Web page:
On Tuesday, as the border crisis continues flooding the country with enough fentanyl to kill every Texan roughly 150 times over, five more Texas counties declared a border invasion.
Chambers, Ellis, Hardin, Liberty, and Orange counties joined 12 other Texas counties in requesting Gov. Greg Abbott secure the Texas border in the absence of federal protection.
As the number of U.S. Customs and Border Protection encounters with illegal aliens rapidly climbs toward 2 million this federal fiscal year, Texans have sounded the alarm regarding devastation to their properties, livelihoods, and lives.
Now, more Texas counties—some upwards of seven hours away from the southern border—are issuing declarations of invasion, showing that the border crisis does not just impact border counties.
Instead, the overwhelming amount of drug trafficking across the Texas-Mexico border has far-reaching effects, contributing to the spike in local drug crises and drug-related deaths in rural counties throughout the state.
Hardin County specifically requested Gov. Greg Abbott “take necessary steps as allowed under Article I, Section 10 of the United States Constitution and Article IV, Section 7 of the Texas Constitution to secure the Texas border and stop the invasion at the border, including the actions by paramilitary, narco-terrorists cartels that pose a huge risk to our communities.”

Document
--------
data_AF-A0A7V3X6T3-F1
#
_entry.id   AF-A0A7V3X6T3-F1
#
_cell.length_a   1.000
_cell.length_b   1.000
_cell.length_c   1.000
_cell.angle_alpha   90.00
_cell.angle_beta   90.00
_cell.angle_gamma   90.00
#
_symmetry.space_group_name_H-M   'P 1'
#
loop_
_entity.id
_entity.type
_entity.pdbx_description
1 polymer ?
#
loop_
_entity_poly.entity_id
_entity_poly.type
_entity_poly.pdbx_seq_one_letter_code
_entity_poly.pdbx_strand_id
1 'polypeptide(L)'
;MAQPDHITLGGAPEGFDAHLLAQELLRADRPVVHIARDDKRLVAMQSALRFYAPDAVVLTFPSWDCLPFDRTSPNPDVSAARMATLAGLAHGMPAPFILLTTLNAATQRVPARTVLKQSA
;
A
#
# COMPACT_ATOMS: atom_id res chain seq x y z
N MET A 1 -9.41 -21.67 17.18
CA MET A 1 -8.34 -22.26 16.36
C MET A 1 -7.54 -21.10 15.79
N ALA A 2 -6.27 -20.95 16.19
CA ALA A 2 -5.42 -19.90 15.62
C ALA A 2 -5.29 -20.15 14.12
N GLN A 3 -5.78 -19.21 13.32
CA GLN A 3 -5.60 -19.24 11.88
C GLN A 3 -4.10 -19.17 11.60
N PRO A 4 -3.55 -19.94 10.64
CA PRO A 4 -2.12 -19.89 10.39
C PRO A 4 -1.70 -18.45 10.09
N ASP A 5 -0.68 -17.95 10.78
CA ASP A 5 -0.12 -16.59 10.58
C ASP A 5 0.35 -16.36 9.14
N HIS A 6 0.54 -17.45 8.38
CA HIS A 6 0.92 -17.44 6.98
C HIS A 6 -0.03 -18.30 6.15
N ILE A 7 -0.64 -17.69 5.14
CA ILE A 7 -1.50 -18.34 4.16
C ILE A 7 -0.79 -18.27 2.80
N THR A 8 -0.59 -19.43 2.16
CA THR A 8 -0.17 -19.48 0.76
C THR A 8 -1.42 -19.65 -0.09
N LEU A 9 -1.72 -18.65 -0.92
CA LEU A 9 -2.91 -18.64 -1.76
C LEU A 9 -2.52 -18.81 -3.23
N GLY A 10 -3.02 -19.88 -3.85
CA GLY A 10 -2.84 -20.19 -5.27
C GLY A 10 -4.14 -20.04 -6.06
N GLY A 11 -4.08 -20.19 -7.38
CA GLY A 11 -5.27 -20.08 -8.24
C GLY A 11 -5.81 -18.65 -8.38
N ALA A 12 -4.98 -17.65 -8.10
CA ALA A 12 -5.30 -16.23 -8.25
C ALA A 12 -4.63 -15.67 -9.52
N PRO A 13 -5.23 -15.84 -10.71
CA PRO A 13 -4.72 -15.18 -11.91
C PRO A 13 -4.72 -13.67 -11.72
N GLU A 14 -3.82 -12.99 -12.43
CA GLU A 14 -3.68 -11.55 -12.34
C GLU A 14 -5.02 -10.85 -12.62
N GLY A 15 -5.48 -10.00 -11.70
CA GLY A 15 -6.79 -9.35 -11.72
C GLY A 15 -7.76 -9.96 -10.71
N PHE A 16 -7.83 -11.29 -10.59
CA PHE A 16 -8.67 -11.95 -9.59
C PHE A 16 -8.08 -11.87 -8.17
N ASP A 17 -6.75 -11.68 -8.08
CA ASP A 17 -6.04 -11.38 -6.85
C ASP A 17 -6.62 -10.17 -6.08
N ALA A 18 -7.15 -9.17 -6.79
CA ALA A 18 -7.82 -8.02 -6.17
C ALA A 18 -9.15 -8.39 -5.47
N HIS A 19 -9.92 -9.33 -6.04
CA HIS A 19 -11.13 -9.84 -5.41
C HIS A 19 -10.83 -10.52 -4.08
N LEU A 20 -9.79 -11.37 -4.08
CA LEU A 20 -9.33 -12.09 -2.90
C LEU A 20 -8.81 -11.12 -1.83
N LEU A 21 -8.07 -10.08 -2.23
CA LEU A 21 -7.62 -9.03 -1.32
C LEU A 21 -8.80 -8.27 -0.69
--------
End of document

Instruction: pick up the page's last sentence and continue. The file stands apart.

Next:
Notably, Orange County is represented by House Speaker Dade Phelan (R–Beaumont), who has so far been silent on the issue of declaring an invasion.
Meanwhile, Republican State Rep. Brian Harrison, who represents Ellis County in the Texas House, said, “I am proud to have encouraged Ellis County to stand up for our shared constituents and all Texans and thankful for the leadership displayed by the Ellis County Commissioners Court today in requesting Governor Abbott declare an invasion.”
While unprecedented, given that Texas is the first impacted, and the most impacted by the Biden border risis, we must do the job Biden refuses to do and secure the border ourselves using every tool and legal authority available.
Hardin, Chambers, Ellis, Orange, and Liberty join 12 other counties—Kinney, Goliad, Terrell, Parker, Wise, Edwards, Atascosa, Presidio, Tyler, Live Oak, Johnson, and Wilson—in taking local action.